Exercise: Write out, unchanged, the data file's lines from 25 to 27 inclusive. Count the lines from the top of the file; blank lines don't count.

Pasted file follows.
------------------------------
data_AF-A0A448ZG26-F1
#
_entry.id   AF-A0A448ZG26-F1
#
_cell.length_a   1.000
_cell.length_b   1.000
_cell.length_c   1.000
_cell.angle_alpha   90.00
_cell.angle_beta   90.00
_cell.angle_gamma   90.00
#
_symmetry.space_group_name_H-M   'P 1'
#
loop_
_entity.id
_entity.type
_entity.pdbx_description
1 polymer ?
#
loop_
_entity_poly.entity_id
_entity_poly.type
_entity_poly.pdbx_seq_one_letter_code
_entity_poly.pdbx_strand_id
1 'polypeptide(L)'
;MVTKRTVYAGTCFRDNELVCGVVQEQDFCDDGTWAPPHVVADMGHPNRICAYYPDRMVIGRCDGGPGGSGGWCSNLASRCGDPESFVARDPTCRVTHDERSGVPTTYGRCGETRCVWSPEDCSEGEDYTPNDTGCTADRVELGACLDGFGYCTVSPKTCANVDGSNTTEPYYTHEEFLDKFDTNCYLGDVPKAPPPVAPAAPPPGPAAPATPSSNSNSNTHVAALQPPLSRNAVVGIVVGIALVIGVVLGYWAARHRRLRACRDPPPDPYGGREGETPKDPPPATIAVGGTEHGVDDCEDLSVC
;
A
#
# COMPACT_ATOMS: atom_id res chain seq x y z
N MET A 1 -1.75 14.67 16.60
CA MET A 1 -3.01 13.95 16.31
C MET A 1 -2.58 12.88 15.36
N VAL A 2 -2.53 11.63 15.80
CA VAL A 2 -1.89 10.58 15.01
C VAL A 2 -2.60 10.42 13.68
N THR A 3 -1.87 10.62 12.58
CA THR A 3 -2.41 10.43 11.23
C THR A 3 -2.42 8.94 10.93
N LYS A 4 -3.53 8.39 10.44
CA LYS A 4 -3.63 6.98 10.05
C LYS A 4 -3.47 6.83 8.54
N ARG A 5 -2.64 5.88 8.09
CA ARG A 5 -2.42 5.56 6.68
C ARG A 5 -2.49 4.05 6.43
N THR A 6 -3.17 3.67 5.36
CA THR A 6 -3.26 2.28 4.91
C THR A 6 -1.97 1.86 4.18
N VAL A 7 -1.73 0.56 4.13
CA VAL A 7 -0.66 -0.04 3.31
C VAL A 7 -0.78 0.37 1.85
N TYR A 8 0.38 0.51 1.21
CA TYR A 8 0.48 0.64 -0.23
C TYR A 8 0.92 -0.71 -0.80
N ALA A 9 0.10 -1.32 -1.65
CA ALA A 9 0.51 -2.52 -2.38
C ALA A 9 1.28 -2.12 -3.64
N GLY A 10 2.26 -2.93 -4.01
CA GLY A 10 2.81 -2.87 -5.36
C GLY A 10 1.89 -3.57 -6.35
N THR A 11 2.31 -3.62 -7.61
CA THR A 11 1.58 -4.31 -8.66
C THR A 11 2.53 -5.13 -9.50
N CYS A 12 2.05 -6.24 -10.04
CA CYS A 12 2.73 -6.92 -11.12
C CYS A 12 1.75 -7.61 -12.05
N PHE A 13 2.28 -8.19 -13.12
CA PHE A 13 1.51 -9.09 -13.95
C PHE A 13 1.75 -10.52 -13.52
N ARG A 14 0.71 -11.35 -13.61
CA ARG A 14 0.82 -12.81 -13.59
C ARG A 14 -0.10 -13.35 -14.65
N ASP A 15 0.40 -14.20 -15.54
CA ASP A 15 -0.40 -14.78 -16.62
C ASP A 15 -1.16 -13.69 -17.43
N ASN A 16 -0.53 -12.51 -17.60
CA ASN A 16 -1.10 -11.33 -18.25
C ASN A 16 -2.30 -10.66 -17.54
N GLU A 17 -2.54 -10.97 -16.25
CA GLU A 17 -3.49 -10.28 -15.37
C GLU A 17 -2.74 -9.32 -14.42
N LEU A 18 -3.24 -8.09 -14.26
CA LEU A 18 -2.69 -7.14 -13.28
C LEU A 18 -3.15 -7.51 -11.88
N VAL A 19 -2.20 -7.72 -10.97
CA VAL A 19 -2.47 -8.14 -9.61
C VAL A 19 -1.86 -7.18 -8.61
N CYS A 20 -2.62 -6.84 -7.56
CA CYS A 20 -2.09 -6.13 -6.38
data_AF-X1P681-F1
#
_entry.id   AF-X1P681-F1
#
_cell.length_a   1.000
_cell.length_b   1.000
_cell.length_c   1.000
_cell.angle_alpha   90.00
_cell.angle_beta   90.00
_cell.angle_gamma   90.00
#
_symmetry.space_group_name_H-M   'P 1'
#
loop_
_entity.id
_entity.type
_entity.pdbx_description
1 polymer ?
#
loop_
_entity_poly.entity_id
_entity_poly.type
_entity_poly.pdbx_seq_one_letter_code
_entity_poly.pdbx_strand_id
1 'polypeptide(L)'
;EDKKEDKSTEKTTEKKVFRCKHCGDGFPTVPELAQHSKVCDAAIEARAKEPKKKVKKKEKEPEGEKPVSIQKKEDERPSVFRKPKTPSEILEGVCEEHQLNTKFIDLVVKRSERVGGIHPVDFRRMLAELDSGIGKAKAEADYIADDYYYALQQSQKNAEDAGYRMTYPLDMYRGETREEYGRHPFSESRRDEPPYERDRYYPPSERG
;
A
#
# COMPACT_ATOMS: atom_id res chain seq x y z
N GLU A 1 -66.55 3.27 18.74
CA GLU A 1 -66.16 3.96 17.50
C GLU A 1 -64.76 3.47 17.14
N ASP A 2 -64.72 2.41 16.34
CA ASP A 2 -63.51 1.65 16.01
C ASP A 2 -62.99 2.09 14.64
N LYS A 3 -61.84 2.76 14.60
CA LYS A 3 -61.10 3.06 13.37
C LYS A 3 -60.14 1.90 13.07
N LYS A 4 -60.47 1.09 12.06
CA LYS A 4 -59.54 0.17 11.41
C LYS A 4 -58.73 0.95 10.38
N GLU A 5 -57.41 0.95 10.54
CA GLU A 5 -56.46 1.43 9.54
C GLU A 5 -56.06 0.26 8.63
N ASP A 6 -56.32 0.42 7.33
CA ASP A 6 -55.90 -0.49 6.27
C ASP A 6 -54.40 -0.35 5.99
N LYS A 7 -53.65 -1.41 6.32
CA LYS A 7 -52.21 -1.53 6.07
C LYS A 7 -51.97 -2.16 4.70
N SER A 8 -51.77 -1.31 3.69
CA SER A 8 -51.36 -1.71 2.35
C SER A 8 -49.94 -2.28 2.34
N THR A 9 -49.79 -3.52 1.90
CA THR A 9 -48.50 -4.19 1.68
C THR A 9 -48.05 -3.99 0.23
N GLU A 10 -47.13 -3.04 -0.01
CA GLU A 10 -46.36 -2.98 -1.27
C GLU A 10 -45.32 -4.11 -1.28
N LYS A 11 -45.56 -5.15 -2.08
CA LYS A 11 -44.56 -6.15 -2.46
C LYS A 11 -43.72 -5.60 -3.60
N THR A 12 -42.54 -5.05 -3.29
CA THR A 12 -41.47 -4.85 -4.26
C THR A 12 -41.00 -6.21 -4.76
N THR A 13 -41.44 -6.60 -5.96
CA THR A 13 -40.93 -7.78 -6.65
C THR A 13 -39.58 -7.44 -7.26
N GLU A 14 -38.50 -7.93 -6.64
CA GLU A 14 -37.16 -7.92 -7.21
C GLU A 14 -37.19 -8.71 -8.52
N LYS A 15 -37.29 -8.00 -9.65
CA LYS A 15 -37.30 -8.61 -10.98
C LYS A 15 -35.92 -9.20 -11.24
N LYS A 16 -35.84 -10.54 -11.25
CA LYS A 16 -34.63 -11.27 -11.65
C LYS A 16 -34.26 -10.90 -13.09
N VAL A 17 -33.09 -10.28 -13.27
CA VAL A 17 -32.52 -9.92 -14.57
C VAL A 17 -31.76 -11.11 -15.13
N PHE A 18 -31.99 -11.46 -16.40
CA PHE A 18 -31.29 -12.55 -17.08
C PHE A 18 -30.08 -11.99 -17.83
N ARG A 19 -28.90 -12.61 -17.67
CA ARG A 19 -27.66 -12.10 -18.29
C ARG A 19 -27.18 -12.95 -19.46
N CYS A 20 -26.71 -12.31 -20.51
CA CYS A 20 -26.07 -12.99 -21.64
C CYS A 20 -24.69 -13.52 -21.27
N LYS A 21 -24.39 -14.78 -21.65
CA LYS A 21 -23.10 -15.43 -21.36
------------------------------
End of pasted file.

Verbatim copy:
1 'polypeptide(L)'
;MVTKRTVYAGTCFRDNELVCGVVQEQDFCDDGTWAPPHVVADMGHPNRICAYYPDRMVIGRCDGGPGGSGGWCSNLASRCGDPESFVARDPTCRVTHDERSGVPTTYGRCGETRCVWSPEDCSEGEDYTPNDTGCTADRVELGACLDGFGYCTVSPKTCANVDGSNTTEPYYTHEEFLDKFDTNCYLGDVPKAPPPVAPAAPPPGPAAPATPSSNSNSNTHVAALQPPLSRNAVVGIVVGIALVIGVVLGYWAARHRRLRACRDPPPDPYGGREGETPKDPPPATIAVGGTEHGVDDCEDLSVC
;